a1 Centre for Overseas Pest Research, College House, Wrights Lane, London W8 5SJ, UK
Egg-batches of Spodoptera littoralis (Boisd.) collected in Crete showed an abnormal sex ratio; 24% yielded predominantly female adults. The field data and data from nine generations of a laboratory strain, which also produced predominantly female offspring, showed that this abnormal condition was transmitted between generations by the females. The mean percentage hatch of egg-batches collected from the field which produced females only was 59·6, and the mean percentage hatch of the eggs of the laboratory strain was 58·8. These results suggest that the production of females only is a result of the mortality of the male embryos. Occasionally, abnormal females from the laboratory strain reverted to producing offspring of both sexes. This recovery from the abnormal condition became more common as successive generations were bred in the laboratory. One female of a normal strain produced all-female offspring and descendants of this female were similarly affected. The females of the unisexual laboratory strain were similar in appearance to normal females but laid significantly smaller egg-batches.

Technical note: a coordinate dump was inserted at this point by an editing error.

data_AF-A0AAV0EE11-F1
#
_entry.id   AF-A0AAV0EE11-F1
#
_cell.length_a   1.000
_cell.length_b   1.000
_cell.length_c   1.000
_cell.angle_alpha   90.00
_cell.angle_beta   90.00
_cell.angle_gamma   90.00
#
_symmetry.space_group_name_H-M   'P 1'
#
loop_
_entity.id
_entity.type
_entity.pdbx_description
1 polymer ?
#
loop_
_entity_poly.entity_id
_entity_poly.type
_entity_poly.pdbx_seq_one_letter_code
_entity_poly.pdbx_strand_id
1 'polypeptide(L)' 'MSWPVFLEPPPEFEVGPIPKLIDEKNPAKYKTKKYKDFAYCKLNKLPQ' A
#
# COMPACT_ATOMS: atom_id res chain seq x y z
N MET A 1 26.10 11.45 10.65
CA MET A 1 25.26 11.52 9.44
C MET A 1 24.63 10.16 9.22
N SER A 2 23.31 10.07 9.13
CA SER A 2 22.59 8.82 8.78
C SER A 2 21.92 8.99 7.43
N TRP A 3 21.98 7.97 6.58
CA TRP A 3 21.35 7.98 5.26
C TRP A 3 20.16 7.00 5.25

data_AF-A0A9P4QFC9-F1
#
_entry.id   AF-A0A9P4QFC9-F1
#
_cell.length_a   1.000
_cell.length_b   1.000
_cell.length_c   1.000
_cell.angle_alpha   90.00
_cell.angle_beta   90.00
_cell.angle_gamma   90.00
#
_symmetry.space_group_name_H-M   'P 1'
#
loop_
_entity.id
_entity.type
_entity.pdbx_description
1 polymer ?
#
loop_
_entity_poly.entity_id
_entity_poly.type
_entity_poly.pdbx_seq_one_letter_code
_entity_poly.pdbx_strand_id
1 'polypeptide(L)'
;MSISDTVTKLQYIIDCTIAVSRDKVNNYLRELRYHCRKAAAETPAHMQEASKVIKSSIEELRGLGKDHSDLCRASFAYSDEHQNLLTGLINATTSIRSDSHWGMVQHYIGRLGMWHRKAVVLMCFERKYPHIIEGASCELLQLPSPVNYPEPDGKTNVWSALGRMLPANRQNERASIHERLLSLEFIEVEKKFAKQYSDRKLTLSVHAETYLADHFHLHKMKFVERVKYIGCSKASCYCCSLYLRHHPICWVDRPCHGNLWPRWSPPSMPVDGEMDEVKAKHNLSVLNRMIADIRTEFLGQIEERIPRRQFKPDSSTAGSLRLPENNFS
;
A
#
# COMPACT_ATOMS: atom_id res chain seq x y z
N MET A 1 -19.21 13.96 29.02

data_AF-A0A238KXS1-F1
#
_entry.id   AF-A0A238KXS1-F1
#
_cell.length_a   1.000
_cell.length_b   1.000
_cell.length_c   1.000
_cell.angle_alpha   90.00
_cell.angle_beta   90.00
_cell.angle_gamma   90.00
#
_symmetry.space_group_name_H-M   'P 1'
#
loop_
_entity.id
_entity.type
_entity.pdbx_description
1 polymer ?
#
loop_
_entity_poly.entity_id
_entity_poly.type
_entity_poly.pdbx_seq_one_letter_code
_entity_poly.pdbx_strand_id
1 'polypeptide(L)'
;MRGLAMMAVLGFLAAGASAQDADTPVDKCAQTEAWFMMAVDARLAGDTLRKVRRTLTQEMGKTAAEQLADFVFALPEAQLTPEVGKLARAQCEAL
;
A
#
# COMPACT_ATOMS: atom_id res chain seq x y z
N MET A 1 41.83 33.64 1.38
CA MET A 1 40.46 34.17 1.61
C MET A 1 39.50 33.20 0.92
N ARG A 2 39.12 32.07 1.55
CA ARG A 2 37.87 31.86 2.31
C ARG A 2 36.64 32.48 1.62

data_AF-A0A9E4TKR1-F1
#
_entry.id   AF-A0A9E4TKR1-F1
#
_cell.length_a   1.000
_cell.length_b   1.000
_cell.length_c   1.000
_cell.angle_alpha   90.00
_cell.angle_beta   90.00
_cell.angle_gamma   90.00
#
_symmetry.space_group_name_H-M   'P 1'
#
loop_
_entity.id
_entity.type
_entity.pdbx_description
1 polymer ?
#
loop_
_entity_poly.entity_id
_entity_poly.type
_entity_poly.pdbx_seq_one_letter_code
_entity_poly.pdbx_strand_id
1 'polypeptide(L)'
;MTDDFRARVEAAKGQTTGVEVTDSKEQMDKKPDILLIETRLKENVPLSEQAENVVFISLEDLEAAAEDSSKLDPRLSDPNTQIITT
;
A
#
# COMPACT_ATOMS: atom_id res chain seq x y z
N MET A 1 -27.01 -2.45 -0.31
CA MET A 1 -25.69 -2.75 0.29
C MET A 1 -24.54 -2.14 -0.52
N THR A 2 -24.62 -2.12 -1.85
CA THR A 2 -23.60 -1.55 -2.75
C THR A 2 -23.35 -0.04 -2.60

(Received January 04 1980)